The Daily: HTC Blockchain Phone Delayed, Exchange Security Ratings Updated
In Tuesday’s edition of The Daily, there’s a little of everything in the mix: a story about hardware, in the form of the delayed Exodus 1 smartphone, one about security, concerning the latest crypto exchange ratings, and finally a human interest story. This latter tale concerns a war of words between two passionate figures within the cryptocurrency space.
Also read: Cypherpunk Godfather Timothy May Was Lightyears Ahead of His Time
HTC’s Exodus 1 Phone Has Yet to Ship
Customers who made an advanced purchase of the Exodus 1 blockchain phone are still waiting to receive their devices. The crypto-friendly cell phones, priced at 0.15 BTC or 4.78 ETH, were rapidly snapped up by cryptocurrency proponents, who were promised that the devices would ship in December. While there’s still time for that to happen, manufacturer HTC is cutting it fine with Christmas less than a week away.
Figures such as Charlie Lee helped to promote the project, and by early December advance orders for the phone, which features a built-in BTC and ETH wallet, had stopped being taken. In the project’s Telegram channel, buyers have become impatient as they await delivery of their eagerly anticipated phones. “Biggest scam in the history of smartphones,” vented one irate buyer. His assertion, while very wide of the mark, captures the frustration that Exodus 1 customers have felt as they’ve awaited news. Today, Dec. 18, European customers received an email from HTC Exodus that explained, vaguely:
We are contacting you to let you know the shipment of your order has been delayed, as we are currently finalizing the last certification for European devices. We are working hard to get your order to you as soon as possible, and will keep you updated when we have a confirmed shipping date. We apologize for any inconvenience and thank you for your patience.
Cryptocurrency Exchange Ratings Updated
There’s a ratings system for everything within the cryptocurrency space these days, from influencers to coins, and from exchanges to blockchains. In October, news.Bitcoin.com reported on ICOrating.com’s exchange security assessment that deemed 54 percent of trading venues to have security holes of some kind. ICOrating.com has now updated its report to reflect new information and additions that have served to alter its assessment of the top 10 exchanges. Coinbase Pro, which occupied the top spot, has slipped to ninth, while Kraken has leapt from second to first.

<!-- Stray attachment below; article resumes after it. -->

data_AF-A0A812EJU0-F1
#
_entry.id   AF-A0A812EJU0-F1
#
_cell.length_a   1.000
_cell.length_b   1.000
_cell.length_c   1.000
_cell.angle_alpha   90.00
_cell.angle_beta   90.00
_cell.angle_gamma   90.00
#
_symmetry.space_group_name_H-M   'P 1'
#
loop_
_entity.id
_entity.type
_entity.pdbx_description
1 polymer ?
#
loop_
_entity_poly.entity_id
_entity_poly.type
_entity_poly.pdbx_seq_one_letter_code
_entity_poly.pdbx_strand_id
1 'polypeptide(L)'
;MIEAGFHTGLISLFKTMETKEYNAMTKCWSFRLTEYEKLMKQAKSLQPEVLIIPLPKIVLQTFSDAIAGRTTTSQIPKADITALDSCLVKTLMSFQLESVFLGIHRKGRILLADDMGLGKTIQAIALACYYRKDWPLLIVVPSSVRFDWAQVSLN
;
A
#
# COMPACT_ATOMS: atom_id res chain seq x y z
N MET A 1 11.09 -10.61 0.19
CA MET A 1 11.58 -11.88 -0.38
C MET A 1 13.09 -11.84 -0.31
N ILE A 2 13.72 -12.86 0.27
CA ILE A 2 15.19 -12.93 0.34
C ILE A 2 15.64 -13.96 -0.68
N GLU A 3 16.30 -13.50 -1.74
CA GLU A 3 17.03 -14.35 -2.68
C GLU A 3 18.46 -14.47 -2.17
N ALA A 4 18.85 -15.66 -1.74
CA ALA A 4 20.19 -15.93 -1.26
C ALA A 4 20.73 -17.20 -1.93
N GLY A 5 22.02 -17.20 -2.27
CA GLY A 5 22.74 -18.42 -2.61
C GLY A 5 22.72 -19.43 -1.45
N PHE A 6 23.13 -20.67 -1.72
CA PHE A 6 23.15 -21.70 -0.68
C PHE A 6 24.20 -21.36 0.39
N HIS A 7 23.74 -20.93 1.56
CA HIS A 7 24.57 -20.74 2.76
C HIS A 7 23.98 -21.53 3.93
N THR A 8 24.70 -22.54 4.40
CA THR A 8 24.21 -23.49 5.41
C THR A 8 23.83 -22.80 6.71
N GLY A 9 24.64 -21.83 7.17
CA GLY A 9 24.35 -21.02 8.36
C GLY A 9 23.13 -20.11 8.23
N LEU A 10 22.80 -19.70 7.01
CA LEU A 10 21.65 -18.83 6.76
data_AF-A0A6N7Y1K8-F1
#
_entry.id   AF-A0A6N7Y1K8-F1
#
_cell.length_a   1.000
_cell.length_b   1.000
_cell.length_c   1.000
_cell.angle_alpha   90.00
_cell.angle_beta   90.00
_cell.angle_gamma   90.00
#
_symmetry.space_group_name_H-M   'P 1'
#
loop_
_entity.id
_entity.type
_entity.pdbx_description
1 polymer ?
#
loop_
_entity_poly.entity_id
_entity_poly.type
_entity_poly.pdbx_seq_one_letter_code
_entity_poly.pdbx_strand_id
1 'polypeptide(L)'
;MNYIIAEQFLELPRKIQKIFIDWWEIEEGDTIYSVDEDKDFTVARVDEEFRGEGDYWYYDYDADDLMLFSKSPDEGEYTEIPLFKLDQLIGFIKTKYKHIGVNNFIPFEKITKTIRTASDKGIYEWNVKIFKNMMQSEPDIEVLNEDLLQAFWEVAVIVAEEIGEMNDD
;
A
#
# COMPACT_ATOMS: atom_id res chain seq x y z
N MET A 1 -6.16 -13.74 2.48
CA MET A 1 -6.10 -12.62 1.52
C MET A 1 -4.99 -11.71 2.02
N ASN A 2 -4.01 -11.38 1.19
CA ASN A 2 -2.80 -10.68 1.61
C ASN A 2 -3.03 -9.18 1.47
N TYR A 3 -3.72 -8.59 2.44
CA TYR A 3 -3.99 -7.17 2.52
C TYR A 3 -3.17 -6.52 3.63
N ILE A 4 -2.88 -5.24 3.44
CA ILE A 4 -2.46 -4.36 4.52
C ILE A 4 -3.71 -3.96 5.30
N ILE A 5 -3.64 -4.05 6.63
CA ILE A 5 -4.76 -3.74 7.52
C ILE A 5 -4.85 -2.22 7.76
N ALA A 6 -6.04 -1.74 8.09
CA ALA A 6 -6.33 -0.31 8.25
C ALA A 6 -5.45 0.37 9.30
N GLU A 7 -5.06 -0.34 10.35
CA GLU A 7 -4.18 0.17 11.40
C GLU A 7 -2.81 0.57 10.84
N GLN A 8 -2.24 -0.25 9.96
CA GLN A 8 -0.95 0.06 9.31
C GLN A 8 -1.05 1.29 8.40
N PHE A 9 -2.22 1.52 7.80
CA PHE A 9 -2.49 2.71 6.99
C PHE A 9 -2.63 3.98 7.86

Binance has dropped out of the top 20 altogether. “Overall, only 16 percent of exchanges fall into the A category. None of the exchanges have received an A+ rating,” noted ICOrating.com. While all ratings systems are subjective to a certain degree, their existence can only be a good thing if it spurs their subjects into improvement. Increased transparency and commitment to adopting better security standards will benefit not only exchanges, but also their customers, who can trade with confidence.
Crypto Figures Get Into a Tiff
Ran NeuNer as he appears on Twitter
A war of words has broken out between Ran NeuNer, host of CNBC’s Cryptotrader, and Larry Cermak of The Block. Cermak, together with his colleague Mike Dudas, published an exposé of a fraudulent ICO called BCT and accused NeuNer of being embroiled in it. The CNBC host hit back with threats of legal action, ordering The Block pair to delete tweets and amend their story, after explaining that he’d done nothing to facilitate BCT’s misbehavior, and was in fact a victim himself. In a rambling blog post titled “An open letter to The Block”, NeuNer wrote:
According to Larry, the alleged fraud, scams on investors and employees and a man working in this industry under a fake identity, weren’t the interesting part, but rather my alleged “involvement”. [Larry] went on to make a series of accusations — most of which are incorrect, negligent, inaccurate, defamatory and damaging.
NeuNer then complained of The Block only giving him six hours to provide his side of the story before Cermak’s publication went to press, which he believes was a deliberate move on their part. He finished: “I was a fan of The Block and a regular reader of its stories, but if I go by my experience of your unethical business practice, false reporting and lack of verification, then The Block is unfortunately not that publication.” Mike Dudas, for his part, has responded to NeuNer’s open letter by stating that The Block stands by its story, and extended him an interview invitation. NeuNer has yet to respond.
What are your thoughts on today’s news tidbits as featured in The Daily? Let us know in the comments section below.
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